Harley Quinn’s arrangement with Roman Sionis is the beginning of Harley developing her own agency. A woman at the mercy of a crime lord and his hired guns, what’s a girl to do? Perhaps cry and get all emotional? I would not put it past some male writers to just have her sleep with Sionis to get out of her little situation. In fact, the original Harley Quinn of the Mad Love story was something akin to this. Instead, she is rational, diplomatic and appeals to his little problem she overheard him getting upset about. It is with the arrival of Cassandra Cain into her life that Harley is slowly finding herself. A therapist is not necessary to see that Harley is or was in something of a codependent relationship with the Joker. It is hard to say for sure, given we do not have a good in-depth analysis of their relationship within the realms of the DCEU. Look at examples from the comics and Batman: The Animated Series, we can see a co-dependency. Some ‘friends’ of Harley’s make note early in the film, in how she will just wind up with another macho alpha-male she just stumbles upon. One can maybe even assume Sionis would take up this role, especially when we go back to the two at the bargaining table and how that could have turned out...in other hands.
Harley Quinn’s relationship with Cassandra Cain shows maturing within her own character. Grant you, she takes her in originally as part of Sionis’ deal to get the rest of Gotham off of her back, for her own security. Quickly, Harley begins to grow fond of her little captive. We see Harley does not settle for the next dominant male in her sight. Yet, she does not pick up any of the Joker’s domineering behavior to use on Cassandra. Instead, she enters a healthy relationship with Cassandra as a friend and mentee. Harley has no interest in being controlling. She views Cassandra as something of a little sister and student as she passes her own wisdom to her in the grocery store. They share a bowl of cereal together and paints her nails. If anything, Harley is not giving into the whims of another commanding male with a fragile ego. Of course, a monkey wrench is thrown into this when Harley has a change of heart and turns Cassandra over.
One can hardly guess how Harley Quinn expected this to go down. Will she turn Cassandra Cain over, ask for the girl’s safety and ask Sionis to uphold their deal? We can speculate, but we cannot prove anything when all goes to hell as Renee Montoya shows up, then Victor Zsasz and Black Canary. Things go even further south when Huntress arrives to kill Zsasz and finally Black Mask appears with his legions. Notice she is quick to take control of this situation, logically pointing out how each woman there is in trouble with Black Mask to one degree or another. She is able to unite these women into a fighting force and not through some silly girl power as some critics believe or want you to believe. Harley simply appeals to their logic and their need to survive.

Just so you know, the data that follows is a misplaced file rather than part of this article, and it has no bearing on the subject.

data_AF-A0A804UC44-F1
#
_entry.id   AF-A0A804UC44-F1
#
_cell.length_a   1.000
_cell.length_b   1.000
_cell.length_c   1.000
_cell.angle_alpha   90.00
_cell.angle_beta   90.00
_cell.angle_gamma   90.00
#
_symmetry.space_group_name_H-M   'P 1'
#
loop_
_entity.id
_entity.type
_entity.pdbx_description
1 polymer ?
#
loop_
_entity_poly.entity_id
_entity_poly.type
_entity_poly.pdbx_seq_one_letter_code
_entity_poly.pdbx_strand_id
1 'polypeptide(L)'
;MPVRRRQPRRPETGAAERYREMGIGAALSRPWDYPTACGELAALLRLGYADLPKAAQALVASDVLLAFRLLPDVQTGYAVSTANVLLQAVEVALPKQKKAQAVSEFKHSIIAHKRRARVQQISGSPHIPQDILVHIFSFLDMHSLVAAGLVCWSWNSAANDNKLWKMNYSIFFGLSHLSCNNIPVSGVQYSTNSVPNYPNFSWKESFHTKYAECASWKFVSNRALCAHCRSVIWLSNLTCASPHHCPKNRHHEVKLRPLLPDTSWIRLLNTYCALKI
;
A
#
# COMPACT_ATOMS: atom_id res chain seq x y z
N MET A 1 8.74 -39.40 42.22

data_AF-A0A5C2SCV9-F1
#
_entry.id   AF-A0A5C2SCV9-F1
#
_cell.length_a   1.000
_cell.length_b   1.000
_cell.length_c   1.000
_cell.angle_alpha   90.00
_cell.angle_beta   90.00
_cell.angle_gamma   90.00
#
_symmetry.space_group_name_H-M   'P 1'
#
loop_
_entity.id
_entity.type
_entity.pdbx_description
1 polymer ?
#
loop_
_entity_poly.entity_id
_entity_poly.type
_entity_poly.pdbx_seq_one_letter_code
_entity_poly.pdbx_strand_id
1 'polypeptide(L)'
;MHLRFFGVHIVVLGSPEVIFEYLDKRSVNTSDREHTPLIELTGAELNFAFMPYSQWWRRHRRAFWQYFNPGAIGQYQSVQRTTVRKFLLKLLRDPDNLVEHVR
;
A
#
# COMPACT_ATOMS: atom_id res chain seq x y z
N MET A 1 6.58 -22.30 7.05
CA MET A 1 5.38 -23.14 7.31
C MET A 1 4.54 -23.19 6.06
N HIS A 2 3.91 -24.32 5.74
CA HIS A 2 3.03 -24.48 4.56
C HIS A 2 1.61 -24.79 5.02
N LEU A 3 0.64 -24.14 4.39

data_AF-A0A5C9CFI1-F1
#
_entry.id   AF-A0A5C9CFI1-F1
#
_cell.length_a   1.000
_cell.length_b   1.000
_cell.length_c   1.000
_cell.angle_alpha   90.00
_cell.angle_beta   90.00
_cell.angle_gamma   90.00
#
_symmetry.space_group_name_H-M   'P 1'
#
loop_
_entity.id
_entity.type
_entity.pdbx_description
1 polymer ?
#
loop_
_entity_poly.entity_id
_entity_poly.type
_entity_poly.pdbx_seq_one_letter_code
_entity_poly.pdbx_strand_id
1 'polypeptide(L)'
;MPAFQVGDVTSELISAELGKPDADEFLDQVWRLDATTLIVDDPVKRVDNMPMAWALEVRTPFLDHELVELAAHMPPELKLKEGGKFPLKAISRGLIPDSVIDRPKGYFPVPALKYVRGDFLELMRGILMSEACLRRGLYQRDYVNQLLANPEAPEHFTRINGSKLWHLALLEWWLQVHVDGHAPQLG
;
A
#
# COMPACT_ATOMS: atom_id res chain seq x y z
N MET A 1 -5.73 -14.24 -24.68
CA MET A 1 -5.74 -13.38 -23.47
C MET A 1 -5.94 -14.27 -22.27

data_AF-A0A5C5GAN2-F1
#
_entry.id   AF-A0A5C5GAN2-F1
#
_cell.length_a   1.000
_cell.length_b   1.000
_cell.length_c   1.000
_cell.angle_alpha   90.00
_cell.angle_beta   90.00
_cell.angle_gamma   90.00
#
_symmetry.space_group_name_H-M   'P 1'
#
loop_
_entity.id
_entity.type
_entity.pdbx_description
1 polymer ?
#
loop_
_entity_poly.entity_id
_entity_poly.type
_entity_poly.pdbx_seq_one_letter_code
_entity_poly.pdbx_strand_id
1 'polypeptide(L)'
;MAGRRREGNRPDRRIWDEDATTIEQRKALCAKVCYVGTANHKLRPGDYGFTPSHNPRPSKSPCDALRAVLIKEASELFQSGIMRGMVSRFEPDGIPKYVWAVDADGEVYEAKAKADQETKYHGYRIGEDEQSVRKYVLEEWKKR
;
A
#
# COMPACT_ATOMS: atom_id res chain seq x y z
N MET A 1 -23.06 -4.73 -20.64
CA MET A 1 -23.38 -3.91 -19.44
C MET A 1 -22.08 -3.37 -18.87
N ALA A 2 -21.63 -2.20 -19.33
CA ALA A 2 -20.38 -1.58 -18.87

What is worth noting is what she says to Sionis “I'm the one they should be scared of! Not you, not Mr. J! Because I'm Harley Fucking Quinn!” Our leading lady is onto something. Similar to the Joker, Harley is no stranger to chaotic violence for the sake of chaotic violence. Recall her stomping the man’s legs simply for cursing at her? She sicks her hyena on one man for making unwanted advances towards her. She single-handedly manages to break into Gotham City Police Headquarters to break out Cassandra Cain, while defending herself from cops and mercenaries. One can truly say - she’s a bad bitch, don’t cross her! If that is not enough, go by what we know of her and a plethora of other examples outside of the film.
By the end of the film, Harley Quinn sets out for her own adventure with her new friend, Cassandra Cain. No doubt that many men in Gotham City still want her dead but she’s alive and Roman Sionis is not. That should be a message to the criminals in Gotham. However, that’s not the point. For a split second, she was relying on the aid of another male for security. If she delivered Cassandra to Sionis then she would be protected, at least that was the deal. Where is Harley going at the end of film? Hard to say or know! What is more important is how she has taken ownership over her life. No longer is she some pawn in another egotistical man’s grand schemes. She may not even know where she is going or what she truly wants. However, what she does understand is that is for her to figure out and no one else.